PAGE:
> hosting, setting up version control (Subversion basics), code quality
> (Pylint) and style (PEP 8), documentation (reStructuredText, Sphinx),
> unit testing (doctest and unittest), licensing, packaging (distutils),
> and release (PyPI).
>
> One thing I don't want it to be is an exhaustive list of all the
> possibilities for each of those areas.  For instance, I cover
> reStructuredText and Sphinx, but not epydoc; distutils but not
> setuptools.  I've tried to pick the simplest, most common among
> several options, and sometimes provided a link to others (pip, nose).
> I'm trying to Keep It Simple for people just dipping their toes into
> the Python ecosystem.  I'd really like to know what people think; it
> would be great to get some feedback on it.  Thanks!
>
> -John
> _______________________________________________
> Doc-SIG maillist  -  [hidden email]
> http://mail.python.org/mailman/listinfo/doc-sig
>  


--
http://www.ironpythoninaction.com/

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Re: Request for Eyeballs: Python Project Howto

Paul Moore
In reply to this post by John Kleint
2009/9/25 John Kleint <[hidden email]>:

> I'm writing an introduction to releasing open-source Python projects.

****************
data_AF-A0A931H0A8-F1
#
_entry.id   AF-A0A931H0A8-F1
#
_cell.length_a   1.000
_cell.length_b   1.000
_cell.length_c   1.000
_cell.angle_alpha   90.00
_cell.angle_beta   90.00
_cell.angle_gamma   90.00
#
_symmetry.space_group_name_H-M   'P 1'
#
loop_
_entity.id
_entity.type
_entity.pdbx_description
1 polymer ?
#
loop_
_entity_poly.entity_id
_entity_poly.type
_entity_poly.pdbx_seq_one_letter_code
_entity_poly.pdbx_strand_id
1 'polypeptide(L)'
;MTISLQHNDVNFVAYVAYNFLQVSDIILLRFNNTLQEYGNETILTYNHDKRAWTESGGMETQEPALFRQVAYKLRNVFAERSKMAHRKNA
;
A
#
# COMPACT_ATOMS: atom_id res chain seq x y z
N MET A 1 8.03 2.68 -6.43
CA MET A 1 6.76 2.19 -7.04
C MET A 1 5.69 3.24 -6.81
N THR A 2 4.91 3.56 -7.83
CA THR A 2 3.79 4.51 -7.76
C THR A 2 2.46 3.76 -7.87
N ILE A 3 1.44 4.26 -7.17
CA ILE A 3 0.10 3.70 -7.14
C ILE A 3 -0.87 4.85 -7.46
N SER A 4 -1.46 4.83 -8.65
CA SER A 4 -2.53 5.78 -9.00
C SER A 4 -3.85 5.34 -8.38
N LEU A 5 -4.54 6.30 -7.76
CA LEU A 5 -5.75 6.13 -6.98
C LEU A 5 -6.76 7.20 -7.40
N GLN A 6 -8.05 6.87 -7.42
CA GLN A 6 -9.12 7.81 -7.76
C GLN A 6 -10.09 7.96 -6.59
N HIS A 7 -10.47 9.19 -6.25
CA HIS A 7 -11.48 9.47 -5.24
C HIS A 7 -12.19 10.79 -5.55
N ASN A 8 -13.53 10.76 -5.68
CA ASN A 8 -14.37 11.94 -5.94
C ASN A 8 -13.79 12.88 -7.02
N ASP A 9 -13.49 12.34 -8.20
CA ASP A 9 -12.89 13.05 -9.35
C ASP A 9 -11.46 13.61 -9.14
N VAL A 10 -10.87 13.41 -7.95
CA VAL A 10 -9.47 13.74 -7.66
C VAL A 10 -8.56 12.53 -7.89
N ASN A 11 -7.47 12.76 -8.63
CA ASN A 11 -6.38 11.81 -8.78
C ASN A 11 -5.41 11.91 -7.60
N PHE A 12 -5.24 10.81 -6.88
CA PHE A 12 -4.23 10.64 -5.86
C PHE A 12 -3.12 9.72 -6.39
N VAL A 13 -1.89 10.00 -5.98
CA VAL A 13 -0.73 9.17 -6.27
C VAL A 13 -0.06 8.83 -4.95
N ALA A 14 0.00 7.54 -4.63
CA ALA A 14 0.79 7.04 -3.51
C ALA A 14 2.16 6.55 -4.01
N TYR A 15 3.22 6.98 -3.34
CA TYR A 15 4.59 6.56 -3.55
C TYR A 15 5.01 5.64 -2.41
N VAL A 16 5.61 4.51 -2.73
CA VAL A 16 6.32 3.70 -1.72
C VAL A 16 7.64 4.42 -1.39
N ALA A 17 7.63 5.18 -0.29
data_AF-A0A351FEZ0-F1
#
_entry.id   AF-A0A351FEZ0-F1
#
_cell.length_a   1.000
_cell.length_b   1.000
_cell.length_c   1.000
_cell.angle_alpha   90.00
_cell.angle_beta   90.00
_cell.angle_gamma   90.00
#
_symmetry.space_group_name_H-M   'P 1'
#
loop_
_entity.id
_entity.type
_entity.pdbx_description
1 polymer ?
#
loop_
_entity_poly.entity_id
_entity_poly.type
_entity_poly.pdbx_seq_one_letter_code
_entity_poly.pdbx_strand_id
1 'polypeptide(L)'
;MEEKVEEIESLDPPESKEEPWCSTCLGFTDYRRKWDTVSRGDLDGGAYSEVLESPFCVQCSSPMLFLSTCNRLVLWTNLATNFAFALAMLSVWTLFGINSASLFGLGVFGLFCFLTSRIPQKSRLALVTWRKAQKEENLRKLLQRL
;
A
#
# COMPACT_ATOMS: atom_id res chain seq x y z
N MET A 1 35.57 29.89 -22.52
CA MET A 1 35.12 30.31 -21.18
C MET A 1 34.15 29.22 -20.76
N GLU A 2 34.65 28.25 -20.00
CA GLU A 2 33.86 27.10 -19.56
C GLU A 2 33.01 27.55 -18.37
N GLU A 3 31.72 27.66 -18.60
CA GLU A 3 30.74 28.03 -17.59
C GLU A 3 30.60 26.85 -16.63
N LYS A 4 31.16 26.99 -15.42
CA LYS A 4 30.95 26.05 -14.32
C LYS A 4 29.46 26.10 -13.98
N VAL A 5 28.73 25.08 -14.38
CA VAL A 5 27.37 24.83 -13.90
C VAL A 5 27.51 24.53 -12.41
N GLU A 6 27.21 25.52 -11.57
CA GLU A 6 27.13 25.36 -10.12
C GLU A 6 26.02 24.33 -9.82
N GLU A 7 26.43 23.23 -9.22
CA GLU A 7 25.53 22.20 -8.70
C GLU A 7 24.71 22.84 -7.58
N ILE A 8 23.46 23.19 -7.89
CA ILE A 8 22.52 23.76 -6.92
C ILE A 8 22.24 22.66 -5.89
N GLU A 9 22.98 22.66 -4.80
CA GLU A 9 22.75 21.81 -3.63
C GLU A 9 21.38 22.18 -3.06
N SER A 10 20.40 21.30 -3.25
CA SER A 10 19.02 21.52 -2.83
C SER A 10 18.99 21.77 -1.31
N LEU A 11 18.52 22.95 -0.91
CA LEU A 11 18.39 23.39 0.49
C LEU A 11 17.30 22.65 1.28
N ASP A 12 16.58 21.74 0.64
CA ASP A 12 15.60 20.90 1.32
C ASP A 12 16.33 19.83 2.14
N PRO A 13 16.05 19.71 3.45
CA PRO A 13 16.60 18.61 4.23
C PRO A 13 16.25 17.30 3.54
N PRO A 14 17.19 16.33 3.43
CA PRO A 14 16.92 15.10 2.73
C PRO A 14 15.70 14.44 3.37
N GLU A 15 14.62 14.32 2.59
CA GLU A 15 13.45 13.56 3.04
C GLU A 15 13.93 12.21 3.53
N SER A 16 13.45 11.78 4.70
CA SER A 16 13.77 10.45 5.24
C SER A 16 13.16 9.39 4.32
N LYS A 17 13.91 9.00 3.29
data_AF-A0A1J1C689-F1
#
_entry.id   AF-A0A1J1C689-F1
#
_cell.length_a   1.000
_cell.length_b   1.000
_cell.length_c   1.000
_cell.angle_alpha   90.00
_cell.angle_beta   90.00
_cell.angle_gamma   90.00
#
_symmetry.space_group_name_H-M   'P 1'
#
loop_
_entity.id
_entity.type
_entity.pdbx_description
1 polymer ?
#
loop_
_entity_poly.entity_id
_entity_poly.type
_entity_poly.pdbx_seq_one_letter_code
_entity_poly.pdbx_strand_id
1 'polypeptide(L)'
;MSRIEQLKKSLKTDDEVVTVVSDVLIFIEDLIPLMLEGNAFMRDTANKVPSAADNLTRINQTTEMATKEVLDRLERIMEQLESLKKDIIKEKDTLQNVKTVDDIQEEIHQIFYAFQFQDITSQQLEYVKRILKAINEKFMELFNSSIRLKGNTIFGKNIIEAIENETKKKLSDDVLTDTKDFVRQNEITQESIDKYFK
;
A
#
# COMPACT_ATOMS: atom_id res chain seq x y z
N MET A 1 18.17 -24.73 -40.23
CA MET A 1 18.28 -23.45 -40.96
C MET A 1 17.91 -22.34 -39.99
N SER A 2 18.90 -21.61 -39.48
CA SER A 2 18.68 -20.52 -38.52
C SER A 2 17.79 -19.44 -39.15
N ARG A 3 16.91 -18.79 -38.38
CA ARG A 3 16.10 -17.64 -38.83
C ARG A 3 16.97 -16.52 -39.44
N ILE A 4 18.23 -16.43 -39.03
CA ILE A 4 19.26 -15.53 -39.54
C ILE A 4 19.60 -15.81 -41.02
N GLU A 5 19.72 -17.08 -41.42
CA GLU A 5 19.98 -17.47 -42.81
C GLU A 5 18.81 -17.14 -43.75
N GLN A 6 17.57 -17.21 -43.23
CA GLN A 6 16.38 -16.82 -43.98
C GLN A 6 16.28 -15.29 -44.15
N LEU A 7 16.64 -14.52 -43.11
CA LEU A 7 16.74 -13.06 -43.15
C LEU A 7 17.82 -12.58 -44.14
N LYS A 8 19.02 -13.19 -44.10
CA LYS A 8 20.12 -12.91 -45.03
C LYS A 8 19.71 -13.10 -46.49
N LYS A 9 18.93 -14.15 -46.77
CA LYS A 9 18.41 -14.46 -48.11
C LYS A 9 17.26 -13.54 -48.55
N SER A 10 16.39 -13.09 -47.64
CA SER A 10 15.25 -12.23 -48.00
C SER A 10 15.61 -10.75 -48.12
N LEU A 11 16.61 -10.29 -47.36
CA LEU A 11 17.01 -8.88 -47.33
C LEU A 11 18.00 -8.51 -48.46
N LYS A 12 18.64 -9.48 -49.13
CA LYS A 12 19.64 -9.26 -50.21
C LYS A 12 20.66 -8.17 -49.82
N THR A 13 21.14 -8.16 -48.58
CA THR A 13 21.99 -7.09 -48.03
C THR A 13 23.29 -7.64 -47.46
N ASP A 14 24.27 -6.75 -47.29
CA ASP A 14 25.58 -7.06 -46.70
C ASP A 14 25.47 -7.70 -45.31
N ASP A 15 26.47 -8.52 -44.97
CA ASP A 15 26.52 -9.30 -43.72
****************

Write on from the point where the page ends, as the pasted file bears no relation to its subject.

> Having recently gone through it for the first time myself, I was
> amazed at how far and wide I had to range to pull together all the
> information that goes into making a good Python package.  So I thought
> I'd write it up and share:
>
> http://infinitemonkeycorps.net/docs/pph/
>
> It's tentatively called the "Python Project Howto," and it's aimed at
> people who, though not necessarily new to Python, may be new to
> packaging and possibly open source.  It tries to be succinct and
> practical, demonstrating by example.  It covers choosing project
> hosting, setting up version control (Subversion basics), code quality
> (Pylint) and style (PEP 8), documentation (reStructuredText, Sphinx),
> unit testing (doctest and unittest), licensing, packaging (distutils),
> and release (PyPI).
>
> One thing I don't want it to be is an exhaustive list of all the
> possibilities for each of those areas.  For instance, I cover
> reStructuredText and Sphinx, but not epydoc; distutils but not
> setuptools.  I've tried to pick the simplest, most common among
> several options, and sometimes provided a link to others (pip, nose).
> I'm trying to Keep It Simple for people just dipping their toes into
> the Python ecosystem.  I'd really like to know what people think; it